I posted a video a while back talking about the Zoom F6 attenuated like out noise problem. So to briefly recap that, the F6 has a built in attenuator that can adjust the line level output from the default of -10 dBv (-7.78 dBu) to above the professional +4 dBu (+1.78 dBv) level all the way down to mic level around -48 to -50 dBV. However, there’s a EMI coupling issue internal to the F6 that significantly raises the noise floor when the the built in attenuation is used to drop the signal by 48 dB.
To get the cleanest signal (and the most dynamic range) out of the F6 and into your camera’s audio in, you need to limit how much attenuation you apply using the F6’s built in attenuator, and run at, or close to, line level.
For some cameras, such as some of those from Panasonic, and most professional level video cameras. You then switch the camera’s input from mic level to line level and everything works pretty much as normal.
However, most VDSLRs and mirrorless cameras don’t directly support line level input on their audio ports. For these cameras, you need to use either a combination of gain and attenuation or a -50 db pad cable to drop the signal from the F6 to mic level.
When working with my Canon EOS 5D mark IVs, I found that I could use a combination of setting the F6’s output gain to around -20 to -21 dB, and setting the camera’s mic input gain to 1. This gave me a -6 dB signal on the camera’s level meter and kept the noise floor at or below the camera’s -40 dB levels.
While this process isn’t prefect, it does provide adequate performance for a scratch audio track and syncing with the F6’s internally recorded track using the audio waveform.
However, when adapting this procedure to the new EOS R5, I found the behavior to be markedly different.
What I noticed right away was that with the input gain on the R5 turned all the way down, the signal is limited (even if the camera’s limiter is turned off). Specifically, I could turn up the gain on F6’s line out, and the signal on the R5 wouldn’t increase with it.
As you can see in this screen grab from Adobe Audition, the peaks of the sine wave are clipped. However, I don’t think they’ve been clipped digitally, as the tops aren’t horizontal (e.g. digitally clipped signals), but slight decays.
As an aside, in the process of investigating this, I ran into another change in the R5’s audio system too. The R5 produces big-endian byte ordered PCM audio data, not little endian ones. By and large, this shouldn’t be an issue for most modern audio software, but it did cause Adobe Audition CS6 to choke.
Given that little-endian byte ordering is by far the most common option, I can only presume that the reason the R5 produces big-endian data is that the DiGiC processor or some other hardware in the camera runs in big endian mode, and that reversing the byte order while saving the audio wasn’t as efficient.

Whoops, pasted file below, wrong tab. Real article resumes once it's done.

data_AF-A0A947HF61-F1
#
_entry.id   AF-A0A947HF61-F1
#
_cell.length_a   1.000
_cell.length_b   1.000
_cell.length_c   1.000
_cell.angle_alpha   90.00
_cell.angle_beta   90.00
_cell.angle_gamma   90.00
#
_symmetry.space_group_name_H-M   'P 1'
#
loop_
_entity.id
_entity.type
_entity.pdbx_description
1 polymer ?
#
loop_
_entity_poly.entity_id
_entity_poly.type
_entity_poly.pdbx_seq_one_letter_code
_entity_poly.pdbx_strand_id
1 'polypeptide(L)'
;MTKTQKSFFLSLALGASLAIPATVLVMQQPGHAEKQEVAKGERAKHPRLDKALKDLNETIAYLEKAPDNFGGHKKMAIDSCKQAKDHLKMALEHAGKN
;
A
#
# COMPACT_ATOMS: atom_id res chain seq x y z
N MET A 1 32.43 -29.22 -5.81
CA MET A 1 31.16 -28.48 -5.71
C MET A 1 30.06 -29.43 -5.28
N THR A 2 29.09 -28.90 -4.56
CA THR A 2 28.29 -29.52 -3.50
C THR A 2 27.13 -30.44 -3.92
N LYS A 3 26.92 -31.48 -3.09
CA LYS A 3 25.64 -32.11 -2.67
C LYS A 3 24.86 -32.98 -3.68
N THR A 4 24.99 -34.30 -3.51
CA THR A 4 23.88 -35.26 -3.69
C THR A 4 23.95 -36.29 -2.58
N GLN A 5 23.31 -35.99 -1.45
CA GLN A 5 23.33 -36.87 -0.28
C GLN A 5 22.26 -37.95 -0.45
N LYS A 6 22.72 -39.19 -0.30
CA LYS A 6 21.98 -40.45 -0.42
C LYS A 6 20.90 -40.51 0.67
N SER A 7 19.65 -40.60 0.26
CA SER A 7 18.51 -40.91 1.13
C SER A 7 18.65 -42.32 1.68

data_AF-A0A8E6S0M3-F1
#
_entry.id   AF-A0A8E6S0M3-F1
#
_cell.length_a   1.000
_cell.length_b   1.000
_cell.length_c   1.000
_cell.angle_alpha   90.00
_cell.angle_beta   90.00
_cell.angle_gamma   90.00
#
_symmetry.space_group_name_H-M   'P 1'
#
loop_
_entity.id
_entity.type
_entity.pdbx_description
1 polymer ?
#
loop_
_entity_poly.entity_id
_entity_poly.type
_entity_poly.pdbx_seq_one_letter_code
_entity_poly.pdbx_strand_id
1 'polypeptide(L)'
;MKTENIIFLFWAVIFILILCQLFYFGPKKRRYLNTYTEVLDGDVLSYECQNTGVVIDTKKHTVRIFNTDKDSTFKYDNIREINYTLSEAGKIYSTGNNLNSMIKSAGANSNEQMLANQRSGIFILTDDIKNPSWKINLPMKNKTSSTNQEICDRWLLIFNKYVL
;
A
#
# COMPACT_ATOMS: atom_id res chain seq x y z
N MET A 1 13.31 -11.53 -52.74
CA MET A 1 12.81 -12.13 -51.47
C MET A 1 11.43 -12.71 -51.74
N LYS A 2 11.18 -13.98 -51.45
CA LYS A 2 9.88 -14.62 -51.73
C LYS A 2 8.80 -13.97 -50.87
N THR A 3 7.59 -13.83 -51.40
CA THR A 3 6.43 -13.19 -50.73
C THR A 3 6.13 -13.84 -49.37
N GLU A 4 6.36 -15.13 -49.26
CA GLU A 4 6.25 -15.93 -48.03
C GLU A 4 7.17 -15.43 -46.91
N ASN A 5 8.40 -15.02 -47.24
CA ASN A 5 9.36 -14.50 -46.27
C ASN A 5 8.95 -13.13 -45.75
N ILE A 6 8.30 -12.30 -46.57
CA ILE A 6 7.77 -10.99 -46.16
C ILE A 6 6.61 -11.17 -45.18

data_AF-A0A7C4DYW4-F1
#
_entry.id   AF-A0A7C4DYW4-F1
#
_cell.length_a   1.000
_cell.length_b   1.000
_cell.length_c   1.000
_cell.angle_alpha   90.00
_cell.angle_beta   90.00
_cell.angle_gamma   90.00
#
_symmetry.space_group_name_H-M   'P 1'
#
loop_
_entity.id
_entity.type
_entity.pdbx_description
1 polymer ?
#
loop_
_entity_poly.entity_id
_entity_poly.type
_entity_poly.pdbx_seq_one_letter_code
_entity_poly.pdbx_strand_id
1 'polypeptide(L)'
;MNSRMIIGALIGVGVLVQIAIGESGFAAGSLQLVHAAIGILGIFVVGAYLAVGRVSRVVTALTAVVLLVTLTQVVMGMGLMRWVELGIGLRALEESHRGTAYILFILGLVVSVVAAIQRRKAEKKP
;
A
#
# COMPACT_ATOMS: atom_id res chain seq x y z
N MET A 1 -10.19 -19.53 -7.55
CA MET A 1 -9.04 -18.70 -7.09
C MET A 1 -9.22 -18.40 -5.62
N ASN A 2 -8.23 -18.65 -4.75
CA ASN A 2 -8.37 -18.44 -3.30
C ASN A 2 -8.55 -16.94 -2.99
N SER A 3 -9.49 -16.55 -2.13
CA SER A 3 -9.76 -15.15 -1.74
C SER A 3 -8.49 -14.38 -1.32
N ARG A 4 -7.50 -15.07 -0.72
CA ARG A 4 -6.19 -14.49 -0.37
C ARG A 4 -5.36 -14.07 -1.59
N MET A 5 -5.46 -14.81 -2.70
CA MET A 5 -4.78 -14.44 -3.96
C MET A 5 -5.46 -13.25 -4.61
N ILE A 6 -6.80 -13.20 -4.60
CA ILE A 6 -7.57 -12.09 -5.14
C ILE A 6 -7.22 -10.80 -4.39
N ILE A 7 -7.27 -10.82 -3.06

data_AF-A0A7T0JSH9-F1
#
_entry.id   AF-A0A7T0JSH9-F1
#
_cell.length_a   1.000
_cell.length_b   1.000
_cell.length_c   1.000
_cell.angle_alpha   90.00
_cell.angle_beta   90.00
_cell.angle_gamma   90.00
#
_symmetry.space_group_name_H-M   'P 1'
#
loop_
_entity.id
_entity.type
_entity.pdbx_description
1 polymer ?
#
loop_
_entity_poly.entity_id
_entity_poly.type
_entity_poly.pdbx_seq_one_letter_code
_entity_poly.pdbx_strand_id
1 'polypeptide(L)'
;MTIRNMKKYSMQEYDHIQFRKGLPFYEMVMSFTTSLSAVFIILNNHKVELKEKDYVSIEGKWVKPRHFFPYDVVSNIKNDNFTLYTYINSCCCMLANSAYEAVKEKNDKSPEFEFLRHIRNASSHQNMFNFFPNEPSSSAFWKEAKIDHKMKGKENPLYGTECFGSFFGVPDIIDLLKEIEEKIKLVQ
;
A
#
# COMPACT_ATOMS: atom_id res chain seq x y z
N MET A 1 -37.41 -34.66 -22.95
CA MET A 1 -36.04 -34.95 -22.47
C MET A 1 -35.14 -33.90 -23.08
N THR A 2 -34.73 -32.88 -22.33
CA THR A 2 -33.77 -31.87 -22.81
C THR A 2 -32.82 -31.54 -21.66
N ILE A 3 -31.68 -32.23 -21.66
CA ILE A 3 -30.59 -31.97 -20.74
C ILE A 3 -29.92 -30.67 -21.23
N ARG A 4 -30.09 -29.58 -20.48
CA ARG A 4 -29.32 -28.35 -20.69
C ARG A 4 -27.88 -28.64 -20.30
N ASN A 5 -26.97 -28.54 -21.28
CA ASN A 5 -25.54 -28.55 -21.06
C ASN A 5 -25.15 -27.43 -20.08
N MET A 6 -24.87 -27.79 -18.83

If you need signed 16-bit little-endian format audio data, you can lossless convert them using ffmpeg (and probably other software), using the following command:
ffmpeg -i <your video file> -vcodec copy -acodec pcm_s16le <output file>
Okay so workarounds to the workarounds.
To start with, I want to mention that this isn’t a problem if you’re using a microphone operating at microphone levels. Under those conditions, you’ll have to increase the recording level high enough that the camera shouldn’t clip any signals.
I didn’t see any clipping problems once I got the rec level adjust up about to the 1/3 mark or so.
In fact, just activating the attenuator on the R5’s input while keeping my F6’s output set to -20.5 dB, seems to be sufficient to eliminate the clipping issue.
Alternatively, you can always use a proper 50 dB line level to microphone level attenuator cable and run the F6 at full line level.
So in summary. Canon changed the audio processing in the R5, at least compared to their older cameras that I have access to (the 5D mark IV, and EOS M3). Namely, there appears to be some level of analog limiting in the input being applied to very hot signals.
Additionally, the PCM audio streams are now written in big-endian byte order. This shouldn’t make any difference to most modern NLEs, DAWs, and media players, but it might in some edge cases (such as with old versions like Audition CS6). Additionally this may also explain why the R5 cannot play video files recorded on the 5D4, as the audio streams are in the wrong byte order, while lossy audio files in aac format (such as from the EOS M3) play back fine.
As an aside, I’m also interested if this is a Digic X thing or something more specific to the R5. If someone reading this has a EOS-1DX mark III and would be willing to check or send me a short sample video file I can check with (can be just a couple of second of blank video, but it has to be the original file from the camera not something uploaded to YouTube or any other service), I’d love to know if that camera is doing the same thing with the byte ordering.
- Zoom F6 Line Out:
- -20.5 dB attenuator
- EOS R5 Audio recording:
- Manual Level Control
- Attenuator: On
- Rec Level ~33%